It’s always best to floss when you’re not in a rush or when you’re too tired to do it well. If you find you’re exhausted at the end of the day, then it’s a good idea to floss first thing in the morning or after lunch. Alternatively, if you like to go to bed with a clean mouth then floss before your nightly brush. If you have kids, they should begin flossing, with your help up until about age 8, as soon as they have two teeth in contact.
How to floss
Your dentist is the most qualified person to instruct you on flossing correctly but there are some basic tips you can follow:
Tip 1. Wind approximately 45 cm of floss around your middle fingers and grip it tightly between your thumbs and index fingers.
Tip 2. Keeping the thumb and forefingers close together, gently guide the floss between the teeth, taking care not to cut or damage your gums with abrupt movement.
Tip 3. You should use a gentle up-and-down motion that goes down one side of the tooth, just under the little collar of gum and then back up the other side (think of it as an on-the-side “c”)
If sticking your fingers into your mouth with a cord of thin filaments strung between them isn’t your idea of fun, then consider using either a less invasive floss threader (a nylon loop through which you thread the floss) or floss pick (the floss is held taut between two prongs on a handle) to do the job.
And finally, your dentist might also recommend using other items such as bottle brush-shaped interdental cleaners, if you have large gaps between your teeth, or interdental tips (flexible rubber tips) and irrigators (electrically-powered water-pumping devices) to compliment your flossing regimen.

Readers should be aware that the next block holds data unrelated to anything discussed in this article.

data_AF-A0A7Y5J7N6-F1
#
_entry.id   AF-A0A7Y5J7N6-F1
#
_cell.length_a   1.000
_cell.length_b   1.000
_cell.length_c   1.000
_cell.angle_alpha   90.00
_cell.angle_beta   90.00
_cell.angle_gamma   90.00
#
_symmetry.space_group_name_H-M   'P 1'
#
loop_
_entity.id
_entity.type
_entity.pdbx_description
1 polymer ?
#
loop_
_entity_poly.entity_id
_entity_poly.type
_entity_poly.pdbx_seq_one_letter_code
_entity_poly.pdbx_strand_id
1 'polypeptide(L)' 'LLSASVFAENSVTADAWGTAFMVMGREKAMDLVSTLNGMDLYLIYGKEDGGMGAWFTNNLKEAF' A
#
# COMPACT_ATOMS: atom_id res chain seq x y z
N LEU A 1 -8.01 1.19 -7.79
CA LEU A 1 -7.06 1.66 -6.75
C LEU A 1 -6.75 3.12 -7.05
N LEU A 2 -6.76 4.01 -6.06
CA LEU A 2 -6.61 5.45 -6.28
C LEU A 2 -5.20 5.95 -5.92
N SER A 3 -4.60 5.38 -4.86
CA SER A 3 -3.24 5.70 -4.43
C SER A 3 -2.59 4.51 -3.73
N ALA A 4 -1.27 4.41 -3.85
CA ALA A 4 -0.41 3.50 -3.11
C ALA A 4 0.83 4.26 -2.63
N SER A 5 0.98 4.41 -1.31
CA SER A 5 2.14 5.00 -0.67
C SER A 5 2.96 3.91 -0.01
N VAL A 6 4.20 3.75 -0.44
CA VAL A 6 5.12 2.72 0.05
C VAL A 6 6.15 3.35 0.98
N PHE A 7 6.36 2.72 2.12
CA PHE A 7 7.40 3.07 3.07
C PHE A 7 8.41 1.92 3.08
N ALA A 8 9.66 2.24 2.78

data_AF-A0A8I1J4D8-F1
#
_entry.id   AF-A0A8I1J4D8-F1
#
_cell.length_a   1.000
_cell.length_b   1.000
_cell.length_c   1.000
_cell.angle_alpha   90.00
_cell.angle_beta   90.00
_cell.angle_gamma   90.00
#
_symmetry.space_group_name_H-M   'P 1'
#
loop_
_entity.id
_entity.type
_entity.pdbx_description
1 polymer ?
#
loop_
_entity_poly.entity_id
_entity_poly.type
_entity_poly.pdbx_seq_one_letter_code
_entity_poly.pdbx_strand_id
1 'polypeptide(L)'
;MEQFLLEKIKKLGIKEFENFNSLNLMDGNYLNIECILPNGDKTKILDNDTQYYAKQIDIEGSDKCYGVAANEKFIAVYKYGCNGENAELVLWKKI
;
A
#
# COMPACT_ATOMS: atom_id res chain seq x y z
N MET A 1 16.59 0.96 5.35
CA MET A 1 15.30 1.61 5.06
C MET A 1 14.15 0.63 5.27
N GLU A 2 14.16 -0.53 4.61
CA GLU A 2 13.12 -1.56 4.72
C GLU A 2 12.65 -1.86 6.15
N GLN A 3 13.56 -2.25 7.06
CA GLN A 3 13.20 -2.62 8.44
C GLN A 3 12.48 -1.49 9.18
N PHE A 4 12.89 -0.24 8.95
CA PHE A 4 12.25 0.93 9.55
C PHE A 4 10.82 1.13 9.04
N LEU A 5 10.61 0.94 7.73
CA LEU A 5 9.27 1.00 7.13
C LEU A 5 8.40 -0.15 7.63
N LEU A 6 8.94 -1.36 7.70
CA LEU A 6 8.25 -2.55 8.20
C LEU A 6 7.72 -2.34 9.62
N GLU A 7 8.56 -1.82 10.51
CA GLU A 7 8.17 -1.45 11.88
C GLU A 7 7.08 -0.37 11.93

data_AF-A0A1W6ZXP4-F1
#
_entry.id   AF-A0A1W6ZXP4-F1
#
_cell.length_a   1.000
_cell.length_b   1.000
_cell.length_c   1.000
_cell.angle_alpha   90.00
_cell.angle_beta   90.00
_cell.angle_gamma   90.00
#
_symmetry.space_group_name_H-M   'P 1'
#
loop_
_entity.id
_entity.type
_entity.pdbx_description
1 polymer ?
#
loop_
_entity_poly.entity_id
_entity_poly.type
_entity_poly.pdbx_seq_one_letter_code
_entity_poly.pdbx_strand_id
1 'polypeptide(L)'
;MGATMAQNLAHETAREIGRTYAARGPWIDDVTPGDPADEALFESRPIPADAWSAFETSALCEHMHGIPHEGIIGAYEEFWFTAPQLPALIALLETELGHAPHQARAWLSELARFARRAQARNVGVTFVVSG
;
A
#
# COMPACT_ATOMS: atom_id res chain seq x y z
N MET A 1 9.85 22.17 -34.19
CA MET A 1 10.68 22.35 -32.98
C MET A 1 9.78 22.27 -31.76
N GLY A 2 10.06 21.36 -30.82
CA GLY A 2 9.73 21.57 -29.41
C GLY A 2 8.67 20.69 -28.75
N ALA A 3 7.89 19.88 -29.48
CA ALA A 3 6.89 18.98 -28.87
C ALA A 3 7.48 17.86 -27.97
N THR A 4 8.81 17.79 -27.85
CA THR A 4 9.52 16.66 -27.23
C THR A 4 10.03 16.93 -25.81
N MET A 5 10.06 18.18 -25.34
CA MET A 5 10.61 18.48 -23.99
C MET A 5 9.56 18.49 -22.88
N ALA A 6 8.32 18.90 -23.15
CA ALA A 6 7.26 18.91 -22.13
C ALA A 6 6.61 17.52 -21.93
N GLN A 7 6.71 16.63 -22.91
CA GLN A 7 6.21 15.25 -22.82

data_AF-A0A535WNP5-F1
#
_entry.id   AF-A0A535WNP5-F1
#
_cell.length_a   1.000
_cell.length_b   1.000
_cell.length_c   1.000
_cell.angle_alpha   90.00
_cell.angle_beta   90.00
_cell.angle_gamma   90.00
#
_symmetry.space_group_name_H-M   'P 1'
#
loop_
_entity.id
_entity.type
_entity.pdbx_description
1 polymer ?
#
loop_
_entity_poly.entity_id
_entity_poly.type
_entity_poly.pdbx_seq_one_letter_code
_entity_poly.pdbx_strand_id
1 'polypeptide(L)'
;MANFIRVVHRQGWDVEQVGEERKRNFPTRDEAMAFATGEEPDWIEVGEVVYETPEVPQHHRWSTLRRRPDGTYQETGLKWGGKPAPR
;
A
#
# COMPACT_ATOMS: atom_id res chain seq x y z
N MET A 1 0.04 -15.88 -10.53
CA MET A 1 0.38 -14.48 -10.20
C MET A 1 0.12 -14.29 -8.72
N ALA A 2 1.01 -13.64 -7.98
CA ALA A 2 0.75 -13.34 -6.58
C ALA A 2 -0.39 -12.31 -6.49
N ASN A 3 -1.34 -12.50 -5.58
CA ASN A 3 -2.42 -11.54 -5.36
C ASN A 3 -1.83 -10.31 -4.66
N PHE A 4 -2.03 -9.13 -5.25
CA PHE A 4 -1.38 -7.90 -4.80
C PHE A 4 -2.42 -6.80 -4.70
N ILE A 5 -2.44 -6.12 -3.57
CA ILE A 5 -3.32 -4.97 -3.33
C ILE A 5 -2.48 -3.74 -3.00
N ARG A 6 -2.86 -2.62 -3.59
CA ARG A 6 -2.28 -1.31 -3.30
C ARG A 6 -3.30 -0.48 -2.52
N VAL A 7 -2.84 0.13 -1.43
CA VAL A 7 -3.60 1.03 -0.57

You Are What You Eat & Drink
Everything you eat and drink can have a major effect on the health of your teeth and gums, particularly whether you develop tooth decay, a diet related disease which is caused when the sugars in the food and drinks you eat are taken up by bacteria; these in turn produce the acids that can attack the outer layer of tooth enamel.
To ensure that your diet doesn’t negatively affect your teeth, there’s a few key things to keep in mind:
Drink lots of water
It’s calorie free, there are no ingredient labels to stress over, and it’s almost free! Even better, tap water in most areas of Australia contains fluoride, one of the easiest and most beneficial ways to help prevent tooth decay. If you choose water over anything else, and regularly sip it throughout the day, you’re going a long way to making real difference to the health of your teeth.
Limit snacking between meals
A key component in helping to prevent decay is saliva which helps your teeth recover from these attacks by neutralising the acids. Its good work, however, can be undone if you snack frequently between meals, which means your teeth don’t get a break from the acid attacks that occur when you eat. Also, limit sugary treats to meal times, rather than between meals.
Watch what you eat
It is not just the obvious sweet foods and drinks such as lollies and soft drinks that can cause decay. Frequent snacking on foods with hidden sugars like biscuits, crackers, cereals, chips and even dried fruit (these foods break down into sugars in the mouth) can cause acid attacks on your tooth enamel.
Chewing sugar-free gum (and that’s the crucial qualifier, it must be sugar-free!) may not be the first thing that springs to mind when you’re thinking about good dietary habits that benefit your teeth. But studies have shown that chewing sugar-free gum for 20 minutes after eating can prompt your mouth to produce more saliva, which helps neutralise decay-causing acid attacks.